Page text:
Detroit Ghost City – Abandoned Art Deco Skyscrapers



Book Tower, Detroit – 38 floors, 475 feet (145 m)

Standing tall and beautiful.

The Italian Renaissance style Book Tower took ten years from 1916 to 1926 to build and was completed just at the beginning of the Art Deco phase. Named after Detroit’s Book Brothers, the office tower was briefly the city’s tallest until the completion of the Penobscot Building in 1928.

In July 2006, the building was sold to the Pagan Organization whose offshoot Northeast Commercial Services Corp. filed for bankruptcy in May 2007, not even a year later. In January of this year, Bookies Tavern, the last occupant, moved out, leaving the building completely vacant. Though plans exist to renovate the Book Tower and turn it into 300 apartments and retail space, nothing has been finalised yet.

Broderick Tower, Detroit – 35 fl Beaux Arts 369 ft, (113m)

The Broderick Tower with a whale mural by local artist Wyland painted in 1997.

The David Broderick Tower, completed toward the end of the Roaring Twenties in 1928, is a mix of Neo Classical and Beaux Arts. It is named after David Broderick, an insurance broker, who bought the building in 1945.

Since Broderick’s death in 1957, the tower has changed ownership many times and closed completely in the 1980s. Except for bars and restaurants occupying the first floor, the building has been abandoned ever since. However, redevelopment has been underway and the tower is set to reopen in early 2010. Planned is a mall on the first four floors, office space on the two floors above and residential apartments on floors 5 through 34.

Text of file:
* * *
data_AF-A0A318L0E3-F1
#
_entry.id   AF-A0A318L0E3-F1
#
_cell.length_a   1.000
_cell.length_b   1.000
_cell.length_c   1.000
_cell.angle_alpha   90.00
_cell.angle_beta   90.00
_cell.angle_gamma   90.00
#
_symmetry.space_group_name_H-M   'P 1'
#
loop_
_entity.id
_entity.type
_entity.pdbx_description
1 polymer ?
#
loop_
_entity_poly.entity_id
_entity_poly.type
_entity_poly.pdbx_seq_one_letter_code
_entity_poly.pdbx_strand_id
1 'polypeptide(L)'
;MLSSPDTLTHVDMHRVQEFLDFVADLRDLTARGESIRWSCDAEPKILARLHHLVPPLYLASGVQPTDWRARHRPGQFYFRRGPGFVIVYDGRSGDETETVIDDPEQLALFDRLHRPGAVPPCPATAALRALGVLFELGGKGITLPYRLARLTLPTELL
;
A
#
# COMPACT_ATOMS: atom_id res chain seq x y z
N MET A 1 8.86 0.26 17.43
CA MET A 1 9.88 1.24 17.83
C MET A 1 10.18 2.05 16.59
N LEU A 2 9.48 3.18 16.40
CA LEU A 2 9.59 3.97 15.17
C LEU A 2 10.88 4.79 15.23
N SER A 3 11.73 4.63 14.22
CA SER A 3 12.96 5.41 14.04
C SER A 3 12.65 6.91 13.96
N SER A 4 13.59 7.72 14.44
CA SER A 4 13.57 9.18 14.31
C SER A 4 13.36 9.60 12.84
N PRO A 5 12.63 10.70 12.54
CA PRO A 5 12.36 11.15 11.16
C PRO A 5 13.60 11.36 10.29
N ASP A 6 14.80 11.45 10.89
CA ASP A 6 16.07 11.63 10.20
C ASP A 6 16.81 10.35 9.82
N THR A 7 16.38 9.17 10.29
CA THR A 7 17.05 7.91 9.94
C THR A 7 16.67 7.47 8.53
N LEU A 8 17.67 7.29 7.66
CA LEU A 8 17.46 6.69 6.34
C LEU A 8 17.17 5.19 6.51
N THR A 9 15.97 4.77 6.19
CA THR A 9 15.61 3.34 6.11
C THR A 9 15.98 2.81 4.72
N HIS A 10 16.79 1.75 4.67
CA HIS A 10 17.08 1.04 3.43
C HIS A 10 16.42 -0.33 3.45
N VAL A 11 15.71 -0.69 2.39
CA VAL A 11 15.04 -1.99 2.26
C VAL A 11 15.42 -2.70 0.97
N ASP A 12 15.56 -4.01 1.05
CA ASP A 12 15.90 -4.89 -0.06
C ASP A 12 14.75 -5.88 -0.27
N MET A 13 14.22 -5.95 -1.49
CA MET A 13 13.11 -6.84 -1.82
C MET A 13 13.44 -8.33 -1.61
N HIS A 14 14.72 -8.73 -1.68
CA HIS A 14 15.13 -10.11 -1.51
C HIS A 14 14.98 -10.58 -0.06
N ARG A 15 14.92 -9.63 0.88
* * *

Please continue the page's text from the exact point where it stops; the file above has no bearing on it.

The United Artists Theatre Building was constructed in 1928 in Renaissance Revival style and is almost completely made of brick. Its offices space was used until 1973 and its movie theatre until 1978. For five years, the Detroit Symphony Orchestra used it as a recording theatre but the building finally closed in 1984.

Since then, the building has been in various stages of disrepair with windows and its ground floor taken over by graffiti, which was removed in preparation for the 2006 NFL Super Bowl. Though talk of a new lease of life for the building has been around since 2006, no concrete plans have come forward.


Lee Plaza Hotel – 15 floors, 183 ft (56 m)

The Lee Plaza Hotel is a good example of the apartment cum hotel trend. It was built in such splendour that it even rivalled the Book-Cadillac in grandeur – a building since renovated, therefore not on our list.

The Lee Plaza is an Art Deco hotel built by Charles Noble in 1928. Since its heyday, economic hardship followed and the building’s ownership changed several times. It was even used as a senior citizens’ complex before closing as a residence in the early 1990s. Today, the Lee Plaza Hotel grins toothless, er, windowless into the downtown Detroit landscape, having had much of its artwork, internal wiring, fixtures and valuable material removed illegally by scavengers.